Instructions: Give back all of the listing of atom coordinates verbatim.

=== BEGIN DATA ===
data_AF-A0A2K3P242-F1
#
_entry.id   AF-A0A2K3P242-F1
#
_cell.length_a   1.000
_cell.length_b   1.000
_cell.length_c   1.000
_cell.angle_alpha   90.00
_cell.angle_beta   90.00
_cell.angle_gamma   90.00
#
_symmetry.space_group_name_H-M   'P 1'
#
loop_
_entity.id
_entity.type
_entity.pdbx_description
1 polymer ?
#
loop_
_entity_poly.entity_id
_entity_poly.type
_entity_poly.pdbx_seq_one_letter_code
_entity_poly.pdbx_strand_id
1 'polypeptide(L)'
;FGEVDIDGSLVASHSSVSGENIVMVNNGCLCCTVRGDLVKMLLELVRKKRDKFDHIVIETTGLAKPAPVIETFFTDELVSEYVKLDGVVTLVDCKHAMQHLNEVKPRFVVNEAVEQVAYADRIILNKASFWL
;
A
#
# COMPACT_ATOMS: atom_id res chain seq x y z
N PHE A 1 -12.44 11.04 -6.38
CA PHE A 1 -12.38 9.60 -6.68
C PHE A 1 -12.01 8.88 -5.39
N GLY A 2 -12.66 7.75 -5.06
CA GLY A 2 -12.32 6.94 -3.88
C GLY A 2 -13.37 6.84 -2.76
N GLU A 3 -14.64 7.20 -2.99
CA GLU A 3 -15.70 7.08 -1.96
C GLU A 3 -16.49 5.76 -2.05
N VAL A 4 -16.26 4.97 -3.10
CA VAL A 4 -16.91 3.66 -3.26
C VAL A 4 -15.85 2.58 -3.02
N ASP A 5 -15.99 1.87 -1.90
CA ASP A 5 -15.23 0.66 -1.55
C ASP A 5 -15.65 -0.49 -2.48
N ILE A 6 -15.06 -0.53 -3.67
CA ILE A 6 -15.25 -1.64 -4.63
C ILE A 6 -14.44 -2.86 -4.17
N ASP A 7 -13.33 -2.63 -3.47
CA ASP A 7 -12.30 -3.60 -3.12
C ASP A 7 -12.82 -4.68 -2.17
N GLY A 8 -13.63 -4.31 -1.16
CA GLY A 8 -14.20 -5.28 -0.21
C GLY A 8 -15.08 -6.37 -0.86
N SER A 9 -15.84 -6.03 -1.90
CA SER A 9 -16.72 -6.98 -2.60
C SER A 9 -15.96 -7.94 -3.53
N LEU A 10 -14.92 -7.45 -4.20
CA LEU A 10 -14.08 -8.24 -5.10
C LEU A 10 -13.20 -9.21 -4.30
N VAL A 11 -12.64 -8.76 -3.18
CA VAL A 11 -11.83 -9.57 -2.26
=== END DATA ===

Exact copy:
data_AF-A0A2K3P242-F1
#
_entry.id   AF-A0A2K3P242-F1
#
_cell.length_a   1.000
_cell.length_b   1.000
_cell.length_c   1.000
_cell.angle_alpha   90.00
_cell.angle_beta   90.00
_cell.angle_gamma   90.00
#
_symmetry.space_group_name_H-M   'P 1'
#
loop_
_entity.id
_entity.type
_entity.pdbx_description
1 polymer ?
#
loop_
_entity_poly.entity_id
_entity_poly.type
_entity_poly.pdbx_seq_one_letter_code
_entity_poly.pdbx_strand_id
1 'polypeptide(L)'
;FGEVDIDGSLVASHSSVSGENIVMVNNGCLCCTVRGDLVKMLLELVRKKRDKFDHIVIETTGLAKPAPVIETFFTDELVSEYVKLDGVVTLVDCKHAMQHLNEVKPRFVVNEAVEQVAYADRIILNKASFWL
;
A
#
# COMPACT_ATOMS: atom_id res chain seq x y z
N PHE A 1 -12.44 11.04 -6.38
CA PHE A 1 -12.38 9.60 -6.68
C PHE A 1 -12.01 8.88 -5.39
N GLY A 2 -12.66 7.75 -5.06
CA GLY A 2 -12.32 6.94 -3.88
C GLY A 2 -13.37 6.84 -2.76
N GLU A 3 -14.64 7.20 -2.99
CA GLU A 3 -15.70 7.08 -1.96
C GLU A 3 -16.49 5.76 -2.05
N VAL A 4 -16.26 4.97 -3.10
CA VAL A 4 -16.91 3.66 -3.26
C VAL A 4 -15.85 2.58 -3.02
N ASP A 5 -15.99 1.87 -1.90
CA ASP A 5 -15.23 0.66 -1.55
C ASP A 5 -15.65 -0.49 -2.48
N ILE A 6 -15.06 -0.53 -3.67
CA ILE A 6 -15.25 -1.64 -4.63
C ILE A 6 -14.44 -2.86 -4.17
N ASP A 7 -13.33 -2.63 -3.47
CA ASP A 7 -12.30 -3.60 -3.12
C ASP A 7 -12.82 -4.68 -2.17
N GLY A 8 -13.63 -4.31 -1.16
CA GLY A 8 -14.20 -5.28 -0.21
C GLY A 8 -15.08 -6.37 -0.86
N SER A 9 -15.84 -6.03 -1.90
CA SER A 9 -16.72 -6.98 -2.60
C SER A 9 -15.96 -7.94 -3.53
N LEU A 10 -14.92 -7.45 -4.20
CA LEU A 10 -14.08 -8.24 -5.10
C LEU A 10 -13.20 -9.21 -4.30
N VAL A 11 -12.64 -8.76 -3.18
CA VAL A 11 -11.83 -9.57 -2.26